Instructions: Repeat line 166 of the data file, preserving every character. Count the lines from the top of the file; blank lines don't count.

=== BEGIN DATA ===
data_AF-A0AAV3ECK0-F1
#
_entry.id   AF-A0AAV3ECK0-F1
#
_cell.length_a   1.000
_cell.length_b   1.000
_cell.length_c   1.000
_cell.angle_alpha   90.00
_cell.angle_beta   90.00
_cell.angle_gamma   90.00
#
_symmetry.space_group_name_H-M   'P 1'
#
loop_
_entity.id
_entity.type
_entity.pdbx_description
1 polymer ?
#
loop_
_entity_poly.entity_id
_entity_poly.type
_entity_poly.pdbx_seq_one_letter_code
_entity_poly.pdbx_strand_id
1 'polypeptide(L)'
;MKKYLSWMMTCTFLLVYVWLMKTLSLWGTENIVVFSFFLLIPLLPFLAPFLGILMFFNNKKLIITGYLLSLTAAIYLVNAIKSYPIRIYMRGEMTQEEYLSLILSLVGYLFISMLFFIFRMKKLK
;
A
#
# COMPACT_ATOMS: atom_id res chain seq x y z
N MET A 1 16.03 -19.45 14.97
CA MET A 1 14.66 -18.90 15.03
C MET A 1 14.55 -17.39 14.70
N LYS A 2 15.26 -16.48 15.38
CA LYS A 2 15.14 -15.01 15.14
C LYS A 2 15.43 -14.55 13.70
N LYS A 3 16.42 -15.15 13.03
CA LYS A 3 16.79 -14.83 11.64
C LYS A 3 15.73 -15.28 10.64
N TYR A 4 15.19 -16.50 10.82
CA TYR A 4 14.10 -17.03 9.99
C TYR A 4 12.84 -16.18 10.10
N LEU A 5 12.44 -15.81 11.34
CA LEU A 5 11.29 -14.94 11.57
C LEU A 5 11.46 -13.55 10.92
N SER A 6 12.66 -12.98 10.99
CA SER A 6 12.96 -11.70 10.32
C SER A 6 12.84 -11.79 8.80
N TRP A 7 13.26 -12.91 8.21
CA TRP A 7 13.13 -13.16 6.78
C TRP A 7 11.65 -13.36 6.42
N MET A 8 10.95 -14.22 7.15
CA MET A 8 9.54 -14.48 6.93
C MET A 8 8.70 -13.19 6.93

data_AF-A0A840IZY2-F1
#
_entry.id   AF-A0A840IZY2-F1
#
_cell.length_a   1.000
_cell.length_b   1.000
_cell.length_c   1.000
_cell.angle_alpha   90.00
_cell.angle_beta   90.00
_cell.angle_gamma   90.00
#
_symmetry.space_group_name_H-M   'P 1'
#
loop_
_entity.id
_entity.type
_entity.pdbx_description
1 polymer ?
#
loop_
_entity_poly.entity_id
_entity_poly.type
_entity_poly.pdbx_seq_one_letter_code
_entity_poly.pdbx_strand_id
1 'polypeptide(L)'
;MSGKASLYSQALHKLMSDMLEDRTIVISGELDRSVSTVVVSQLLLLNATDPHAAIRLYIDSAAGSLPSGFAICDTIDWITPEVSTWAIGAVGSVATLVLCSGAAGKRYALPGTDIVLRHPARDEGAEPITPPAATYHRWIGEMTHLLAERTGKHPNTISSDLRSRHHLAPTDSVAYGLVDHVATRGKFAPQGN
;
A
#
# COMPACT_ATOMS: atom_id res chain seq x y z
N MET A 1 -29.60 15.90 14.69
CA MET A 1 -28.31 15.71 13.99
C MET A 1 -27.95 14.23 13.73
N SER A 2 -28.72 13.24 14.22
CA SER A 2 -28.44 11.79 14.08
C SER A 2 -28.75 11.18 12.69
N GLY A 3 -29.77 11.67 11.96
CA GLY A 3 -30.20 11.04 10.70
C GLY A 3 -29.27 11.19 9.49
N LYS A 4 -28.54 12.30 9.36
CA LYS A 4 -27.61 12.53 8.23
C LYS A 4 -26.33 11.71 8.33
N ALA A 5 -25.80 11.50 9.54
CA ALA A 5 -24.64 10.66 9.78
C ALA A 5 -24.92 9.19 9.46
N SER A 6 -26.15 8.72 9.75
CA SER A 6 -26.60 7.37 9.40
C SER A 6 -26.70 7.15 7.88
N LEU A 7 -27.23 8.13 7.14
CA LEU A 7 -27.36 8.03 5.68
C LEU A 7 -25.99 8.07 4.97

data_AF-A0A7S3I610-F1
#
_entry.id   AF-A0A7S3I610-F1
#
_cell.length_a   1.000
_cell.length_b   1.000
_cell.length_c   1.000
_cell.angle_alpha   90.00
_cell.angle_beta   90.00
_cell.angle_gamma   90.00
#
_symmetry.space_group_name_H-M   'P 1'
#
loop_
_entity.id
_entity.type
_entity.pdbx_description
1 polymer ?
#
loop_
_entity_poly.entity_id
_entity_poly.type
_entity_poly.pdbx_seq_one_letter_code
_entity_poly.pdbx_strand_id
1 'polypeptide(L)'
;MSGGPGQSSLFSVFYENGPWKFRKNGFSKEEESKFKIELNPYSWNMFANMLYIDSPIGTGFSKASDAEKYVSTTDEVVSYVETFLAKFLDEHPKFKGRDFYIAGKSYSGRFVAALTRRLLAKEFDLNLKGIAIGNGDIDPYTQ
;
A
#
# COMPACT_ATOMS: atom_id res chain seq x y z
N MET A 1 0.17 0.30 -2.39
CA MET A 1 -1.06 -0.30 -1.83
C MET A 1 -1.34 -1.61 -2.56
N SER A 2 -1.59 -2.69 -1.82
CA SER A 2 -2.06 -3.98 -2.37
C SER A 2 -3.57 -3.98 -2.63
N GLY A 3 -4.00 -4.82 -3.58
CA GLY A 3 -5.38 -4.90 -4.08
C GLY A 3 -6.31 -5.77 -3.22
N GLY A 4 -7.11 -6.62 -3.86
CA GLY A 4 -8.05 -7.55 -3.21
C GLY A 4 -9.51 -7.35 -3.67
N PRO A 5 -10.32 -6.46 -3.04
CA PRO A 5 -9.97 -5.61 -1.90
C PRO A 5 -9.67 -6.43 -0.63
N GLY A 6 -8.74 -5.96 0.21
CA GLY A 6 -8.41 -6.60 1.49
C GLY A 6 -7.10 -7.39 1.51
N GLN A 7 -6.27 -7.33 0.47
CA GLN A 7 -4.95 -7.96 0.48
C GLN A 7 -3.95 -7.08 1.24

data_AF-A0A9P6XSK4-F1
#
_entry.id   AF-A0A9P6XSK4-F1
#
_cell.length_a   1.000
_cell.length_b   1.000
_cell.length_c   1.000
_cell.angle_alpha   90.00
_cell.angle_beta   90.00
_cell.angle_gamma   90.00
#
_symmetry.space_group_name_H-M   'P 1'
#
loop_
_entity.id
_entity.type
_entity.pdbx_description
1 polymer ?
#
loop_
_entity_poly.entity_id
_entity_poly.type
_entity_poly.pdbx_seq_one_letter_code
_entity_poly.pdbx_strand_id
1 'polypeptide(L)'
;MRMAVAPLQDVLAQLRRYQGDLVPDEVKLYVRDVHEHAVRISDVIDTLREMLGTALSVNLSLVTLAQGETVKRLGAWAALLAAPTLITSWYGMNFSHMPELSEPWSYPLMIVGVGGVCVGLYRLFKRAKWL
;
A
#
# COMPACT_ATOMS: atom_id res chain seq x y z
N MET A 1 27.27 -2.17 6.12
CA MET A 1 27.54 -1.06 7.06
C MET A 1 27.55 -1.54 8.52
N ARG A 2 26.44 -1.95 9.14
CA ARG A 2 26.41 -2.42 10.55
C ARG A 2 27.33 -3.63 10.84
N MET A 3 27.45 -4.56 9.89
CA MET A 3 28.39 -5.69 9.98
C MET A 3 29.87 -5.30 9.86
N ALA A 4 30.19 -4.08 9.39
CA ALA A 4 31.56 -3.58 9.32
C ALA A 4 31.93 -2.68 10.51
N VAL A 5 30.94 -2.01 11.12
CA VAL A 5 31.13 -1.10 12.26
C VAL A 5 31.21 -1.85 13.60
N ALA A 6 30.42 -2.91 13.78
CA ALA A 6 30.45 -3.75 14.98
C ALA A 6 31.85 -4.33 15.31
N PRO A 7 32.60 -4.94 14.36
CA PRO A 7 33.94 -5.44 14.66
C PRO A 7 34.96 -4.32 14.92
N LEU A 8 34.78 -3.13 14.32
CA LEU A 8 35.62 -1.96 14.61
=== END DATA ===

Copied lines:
_cell.angle_gamma   90.00